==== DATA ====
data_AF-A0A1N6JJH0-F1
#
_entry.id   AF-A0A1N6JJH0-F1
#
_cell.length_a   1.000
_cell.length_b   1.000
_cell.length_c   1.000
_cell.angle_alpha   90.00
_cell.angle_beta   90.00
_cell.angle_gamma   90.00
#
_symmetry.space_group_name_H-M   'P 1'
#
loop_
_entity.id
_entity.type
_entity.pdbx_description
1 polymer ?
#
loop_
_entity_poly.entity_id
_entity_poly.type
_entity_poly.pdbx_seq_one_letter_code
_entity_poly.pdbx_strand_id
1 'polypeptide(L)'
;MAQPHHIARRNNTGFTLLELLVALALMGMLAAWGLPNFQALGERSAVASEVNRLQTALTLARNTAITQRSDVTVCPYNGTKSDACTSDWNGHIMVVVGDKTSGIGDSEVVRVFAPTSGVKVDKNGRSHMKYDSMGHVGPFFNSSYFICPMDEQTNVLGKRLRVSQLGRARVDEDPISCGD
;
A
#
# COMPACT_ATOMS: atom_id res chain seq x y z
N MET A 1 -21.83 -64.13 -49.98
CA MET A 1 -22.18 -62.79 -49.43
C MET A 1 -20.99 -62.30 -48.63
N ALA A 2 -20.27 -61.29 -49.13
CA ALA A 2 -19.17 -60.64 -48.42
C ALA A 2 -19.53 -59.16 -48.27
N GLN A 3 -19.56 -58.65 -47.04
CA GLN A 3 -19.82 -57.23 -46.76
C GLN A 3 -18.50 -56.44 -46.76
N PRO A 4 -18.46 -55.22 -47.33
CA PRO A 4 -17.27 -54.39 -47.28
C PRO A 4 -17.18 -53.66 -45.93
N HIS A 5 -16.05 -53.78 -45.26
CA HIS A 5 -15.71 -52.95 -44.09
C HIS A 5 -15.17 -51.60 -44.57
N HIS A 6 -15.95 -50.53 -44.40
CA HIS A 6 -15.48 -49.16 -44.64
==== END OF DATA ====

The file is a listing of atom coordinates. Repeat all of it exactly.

data_AF-A0A1N6JJH0-F1
#
_entry.id   AF-A0A1N6JJH0-F1
#
_cell.length_a   1.000
_cell.length_b   1.000
_cell.length_c   1.000
_cell.angle_alpha   90.00
_cell.angle_beta   90.00
_cell.angle_gamma   90.00
#
_symmetry.space_group_name_H-M   'P 1'
#
loop_
_entity.id
_entity.type
_entity.pdbx_description
1 polymer ?
#
loop_
_entity_poly.entity_id
_entity_poly.type
_entity_poly.pdbx_seq_one_letter_code
_entity_poly.pdbx_strand_id
1 'polypeptide(L)'
;MAQPHHIARRNNTGFTLLELLVALALMGMLAAWGLPNFQALGERSAVASEVNRLQTALTLARNTAITQRSDVTVCPYNGTKSDACTSDWNGHIMVVVGDKTSGIGDSEVVRVFAPTSGVKVDKNGRSHMKYDSMGHVGPFFNSSYFICPMDEQTNVLGKRLRVSQLGRARVDEDPISCGD
;
A
#
# COMPACT_ATOMS: atom_id res chain seq x y z
N MET A 1 -21.83 -64.13 -49.98
CA MET A 1 -22.18 -62.79 -49.43
C MET A 1 -20.99 -62.30 -48.63
N ALA A 2 -20.27 -61.29 -49.13
CA ALA A 2 -19.17 -60.64 -48.42
C ALA A 2 -19.53 -59.16 -48.27
N GLN A 3 -19.56 -58.65 -47.04
CA GLN A 3 -19.82 -57.23 -46.76
C GLN A 3 -18.50 -56.44 -46.76
N PRO A 4 -18.46 -55.22 -47.33
CA PRO A 4 -17.27 -54.39 -47.28
C PRO A 4 -17.18 -53.66 -45.93
N HIS A 5 -16.05 -53.78 -45.26
CA HIS A 5 -15.71 -52.95 -44.09
C HIS A 5 -15.17 -51.60 -44.57
N HIS A 6 -15.95 -50.53 -44.40
CA HIS A 6 -15.48 -49.16 -44.64